What You Need To Know About The FDA's New Nutritional Guidelines

An overview of the much-needed update.

The Food and Drug Administration (FDA) has announced several changes to the nutrition labels that we see on packaged food. These updates reflect changes in dietary needs in the US population as well as updated scientific information from the last label update in 1993.

Though the new label doesn't look too terribly different, there are some key changes worth noting.

Comparison of old nutrition label and new requirements.
Comparison of old nutrition label and new requirements. FDA

The most notable change is the format, which features the calories per serving, serving size, and the number of servings in the container much more prominently than before. 

The serving size is not only more prominently displayed, but what qualifies as a "serving" has been updated as well. New servings are larger and more reflective of how much a person realistically eats at once. Of course, this changes the number of calories in the serving, so if a beloved food item suddenly starts showing more calories per serving than it did in the past, it's likely because the serving size itself is larger.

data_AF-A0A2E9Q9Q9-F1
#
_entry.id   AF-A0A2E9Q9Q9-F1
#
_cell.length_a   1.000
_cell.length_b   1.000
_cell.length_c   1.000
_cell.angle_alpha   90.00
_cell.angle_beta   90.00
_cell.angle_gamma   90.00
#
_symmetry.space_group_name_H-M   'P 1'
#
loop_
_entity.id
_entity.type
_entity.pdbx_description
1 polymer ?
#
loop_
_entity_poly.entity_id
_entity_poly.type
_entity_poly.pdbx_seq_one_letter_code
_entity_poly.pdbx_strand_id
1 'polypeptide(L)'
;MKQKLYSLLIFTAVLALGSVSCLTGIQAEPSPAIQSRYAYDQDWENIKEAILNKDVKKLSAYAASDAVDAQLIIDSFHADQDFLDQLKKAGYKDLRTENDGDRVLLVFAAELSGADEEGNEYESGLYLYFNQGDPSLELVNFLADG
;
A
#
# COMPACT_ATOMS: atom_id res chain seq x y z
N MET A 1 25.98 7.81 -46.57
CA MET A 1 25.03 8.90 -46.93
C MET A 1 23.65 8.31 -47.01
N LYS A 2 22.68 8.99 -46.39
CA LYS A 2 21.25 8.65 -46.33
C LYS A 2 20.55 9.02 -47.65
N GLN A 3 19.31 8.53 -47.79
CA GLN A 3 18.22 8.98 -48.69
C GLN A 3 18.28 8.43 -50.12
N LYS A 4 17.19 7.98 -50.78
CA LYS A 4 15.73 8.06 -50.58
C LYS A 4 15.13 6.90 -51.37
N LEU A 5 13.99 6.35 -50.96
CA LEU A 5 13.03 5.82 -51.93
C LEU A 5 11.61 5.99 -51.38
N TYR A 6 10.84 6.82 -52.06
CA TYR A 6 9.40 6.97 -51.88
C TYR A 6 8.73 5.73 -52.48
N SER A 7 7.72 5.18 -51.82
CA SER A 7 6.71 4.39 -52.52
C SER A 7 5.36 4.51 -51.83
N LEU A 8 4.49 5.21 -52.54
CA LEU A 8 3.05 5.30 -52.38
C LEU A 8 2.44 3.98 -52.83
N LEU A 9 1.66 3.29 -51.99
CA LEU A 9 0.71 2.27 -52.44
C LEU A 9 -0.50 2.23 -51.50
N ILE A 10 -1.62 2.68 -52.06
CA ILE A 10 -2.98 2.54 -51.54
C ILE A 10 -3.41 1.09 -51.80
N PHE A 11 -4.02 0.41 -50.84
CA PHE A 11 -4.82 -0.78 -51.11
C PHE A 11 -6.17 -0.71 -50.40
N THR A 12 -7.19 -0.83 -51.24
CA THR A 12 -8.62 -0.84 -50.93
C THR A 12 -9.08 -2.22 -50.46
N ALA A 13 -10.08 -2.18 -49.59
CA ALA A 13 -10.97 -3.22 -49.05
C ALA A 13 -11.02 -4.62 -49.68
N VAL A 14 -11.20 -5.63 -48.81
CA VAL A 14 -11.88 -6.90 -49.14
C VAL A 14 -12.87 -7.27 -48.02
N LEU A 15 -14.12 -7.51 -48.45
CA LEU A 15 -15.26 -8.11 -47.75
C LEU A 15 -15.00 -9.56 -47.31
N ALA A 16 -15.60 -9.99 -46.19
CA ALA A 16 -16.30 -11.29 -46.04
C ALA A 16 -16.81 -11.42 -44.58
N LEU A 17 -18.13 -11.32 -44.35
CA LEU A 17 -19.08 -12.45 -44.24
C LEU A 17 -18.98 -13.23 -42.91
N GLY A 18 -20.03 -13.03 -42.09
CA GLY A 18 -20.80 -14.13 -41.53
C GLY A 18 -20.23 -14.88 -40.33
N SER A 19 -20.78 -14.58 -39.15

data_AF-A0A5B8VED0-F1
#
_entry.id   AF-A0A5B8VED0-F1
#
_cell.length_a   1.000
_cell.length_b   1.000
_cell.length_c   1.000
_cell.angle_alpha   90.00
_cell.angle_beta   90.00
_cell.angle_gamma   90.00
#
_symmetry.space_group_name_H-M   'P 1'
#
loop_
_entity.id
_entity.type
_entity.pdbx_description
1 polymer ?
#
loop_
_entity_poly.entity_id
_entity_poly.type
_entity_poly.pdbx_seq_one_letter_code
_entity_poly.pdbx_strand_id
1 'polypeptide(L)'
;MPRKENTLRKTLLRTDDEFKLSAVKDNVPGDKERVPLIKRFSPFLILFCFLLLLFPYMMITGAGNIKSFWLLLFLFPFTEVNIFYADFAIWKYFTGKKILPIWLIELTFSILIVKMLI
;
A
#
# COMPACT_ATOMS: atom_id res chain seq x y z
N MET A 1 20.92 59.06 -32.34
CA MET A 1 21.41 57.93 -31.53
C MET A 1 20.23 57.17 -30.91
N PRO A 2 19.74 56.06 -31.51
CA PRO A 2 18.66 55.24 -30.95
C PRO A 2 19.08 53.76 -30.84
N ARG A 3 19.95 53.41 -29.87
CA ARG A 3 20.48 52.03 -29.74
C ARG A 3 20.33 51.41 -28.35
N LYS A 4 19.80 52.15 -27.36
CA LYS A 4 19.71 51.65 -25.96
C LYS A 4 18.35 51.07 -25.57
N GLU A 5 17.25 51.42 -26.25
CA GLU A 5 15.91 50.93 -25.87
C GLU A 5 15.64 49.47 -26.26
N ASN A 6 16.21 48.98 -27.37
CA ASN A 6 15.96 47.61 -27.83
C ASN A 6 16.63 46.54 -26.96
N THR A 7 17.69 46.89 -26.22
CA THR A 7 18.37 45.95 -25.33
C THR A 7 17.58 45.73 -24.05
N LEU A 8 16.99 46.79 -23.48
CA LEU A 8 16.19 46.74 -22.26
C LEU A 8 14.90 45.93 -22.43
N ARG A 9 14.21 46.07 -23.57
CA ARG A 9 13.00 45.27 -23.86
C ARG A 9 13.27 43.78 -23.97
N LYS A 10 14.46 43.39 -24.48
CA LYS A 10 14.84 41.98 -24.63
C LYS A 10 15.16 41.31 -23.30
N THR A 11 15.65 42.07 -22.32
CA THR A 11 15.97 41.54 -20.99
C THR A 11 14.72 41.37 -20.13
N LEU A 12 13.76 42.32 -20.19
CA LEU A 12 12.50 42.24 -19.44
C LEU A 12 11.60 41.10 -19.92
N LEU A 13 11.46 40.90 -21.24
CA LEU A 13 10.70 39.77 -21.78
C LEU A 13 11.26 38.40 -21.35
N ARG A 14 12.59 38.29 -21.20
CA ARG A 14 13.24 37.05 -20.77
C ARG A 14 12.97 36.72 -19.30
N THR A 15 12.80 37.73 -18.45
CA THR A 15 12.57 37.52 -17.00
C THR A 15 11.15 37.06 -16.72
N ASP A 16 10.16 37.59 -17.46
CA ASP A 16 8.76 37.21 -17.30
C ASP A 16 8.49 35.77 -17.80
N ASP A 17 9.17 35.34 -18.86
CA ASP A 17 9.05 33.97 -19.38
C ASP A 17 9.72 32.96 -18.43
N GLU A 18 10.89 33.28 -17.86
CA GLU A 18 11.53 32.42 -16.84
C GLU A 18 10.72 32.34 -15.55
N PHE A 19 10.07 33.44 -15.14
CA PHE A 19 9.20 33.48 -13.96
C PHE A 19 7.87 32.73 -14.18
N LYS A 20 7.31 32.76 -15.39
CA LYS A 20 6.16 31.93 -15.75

Another notable change is the way sugar is listed. Not only will the amount and the percentage of the recommended daily value be listed, but the amount of added sugar will be listed as well. High sugar consumption is related to diabetes, heart disease, obesity, and cancer, and many companies sneak in an incredible amount of added sugar.

There has also been a shift in what nutrients must appear on the label. Iron and calcium will remain on the label, but potassium and vitamin D will take the place of vitamins A and C. Of course, companies can list additional nutrients if they want to.

Food companies will have until July 2018 to change all of their packaging, with smaller companies getting additional time. 

As the obesity epidemic rages on, it is hoped that these change will help people understand exactly what they're eating so that they can make smarter, more sensible choices.